Unlike the single sighting by Tazewell Sheriff's Deputy Steve Dault and dozens of others on March 18, these 1897 sightings numbered more than 200 over a month.

Chronicled in newspapers of the period, the sightings were mainly of three types, according to Deca tur researcher Robert Neeley Jr., who's studied about 2,400 sightings from 1897 recorded in dozens of files in more than 40 states.

"There were moving lights, de scriptive sightings, and landing or crash claims," Neeley says. "Many today can be identified as celestial objects such as the planet Venus or stars. But some remain unex plained. Some are quite similar to current sightings. "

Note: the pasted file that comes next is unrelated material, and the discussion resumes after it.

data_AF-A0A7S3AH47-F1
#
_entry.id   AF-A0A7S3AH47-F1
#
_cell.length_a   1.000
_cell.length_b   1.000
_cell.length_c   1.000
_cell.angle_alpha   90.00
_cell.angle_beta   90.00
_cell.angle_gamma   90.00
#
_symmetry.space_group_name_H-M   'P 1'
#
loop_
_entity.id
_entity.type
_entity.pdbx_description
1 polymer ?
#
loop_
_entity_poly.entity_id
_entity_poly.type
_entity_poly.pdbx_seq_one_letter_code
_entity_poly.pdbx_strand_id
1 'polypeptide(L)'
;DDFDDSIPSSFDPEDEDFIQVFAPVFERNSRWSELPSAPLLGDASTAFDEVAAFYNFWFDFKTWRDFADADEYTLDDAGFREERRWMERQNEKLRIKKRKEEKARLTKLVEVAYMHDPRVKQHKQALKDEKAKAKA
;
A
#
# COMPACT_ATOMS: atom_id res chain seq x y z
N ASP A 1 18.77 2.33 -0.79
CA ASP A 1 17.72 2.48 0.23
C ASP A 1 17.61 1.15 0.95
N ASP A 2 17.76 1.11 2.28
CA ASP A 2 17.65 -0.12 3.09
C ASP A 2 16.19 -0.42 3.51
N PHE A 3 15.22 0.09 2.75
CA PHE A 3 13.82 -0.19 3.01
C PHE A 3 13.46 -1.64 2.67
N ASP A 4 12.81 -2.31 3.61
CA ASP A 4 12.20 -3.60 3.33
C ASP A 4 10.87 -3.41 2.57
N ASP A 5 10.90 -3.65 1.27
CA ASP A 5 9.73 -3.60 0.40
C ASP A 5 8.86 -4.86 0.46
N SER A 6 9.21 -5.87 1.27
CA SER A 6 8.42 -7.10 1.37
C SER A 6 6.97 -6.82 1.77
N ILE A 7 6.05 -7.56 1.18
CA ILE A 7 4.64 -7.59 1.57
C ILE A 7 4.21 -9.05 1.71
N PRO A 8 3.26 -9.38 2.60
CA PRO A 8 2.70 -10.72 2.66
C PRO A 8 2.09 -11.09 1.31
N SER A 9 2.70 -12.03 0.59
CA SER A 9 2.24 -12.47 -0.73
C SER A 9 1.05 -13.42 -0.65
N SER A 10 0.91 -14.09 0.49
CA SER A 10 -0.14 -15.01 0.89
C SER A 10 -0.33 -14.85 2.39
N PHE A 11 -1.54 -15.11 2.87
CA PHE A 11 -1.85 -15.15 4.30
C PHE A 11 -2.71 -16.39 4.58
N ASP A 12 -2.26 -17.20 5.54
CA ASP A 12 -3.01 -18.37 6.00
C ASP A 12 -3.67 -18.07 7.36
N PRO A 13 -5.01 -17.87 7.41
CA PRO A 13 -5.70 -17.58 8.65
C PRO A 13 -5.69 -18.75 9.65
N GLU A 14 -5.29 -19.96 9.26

An excitable public anticipating technological breakthroughs, new fantasy literature written by au thors such as Jules Verne, mass hysteria, and even hoaxes might be to blame, Neeley adds.

"The 'genuine' sightings show that 1897 was a normal period for UFOs," he says. "The number of reports probably stem from peo ple's response to Hearst-style newspaper empires, which fre quently exaggerated news, and people's being prepped for flight."

However, the number and simi larity of some reports is so striking that they can't be dismissed.

Newspapers in Bloomington and Chicago reported a flying object on April 11. A day later, a Rushville physician reported a light that shot upward, moved rapidly, and changed directions as he watched.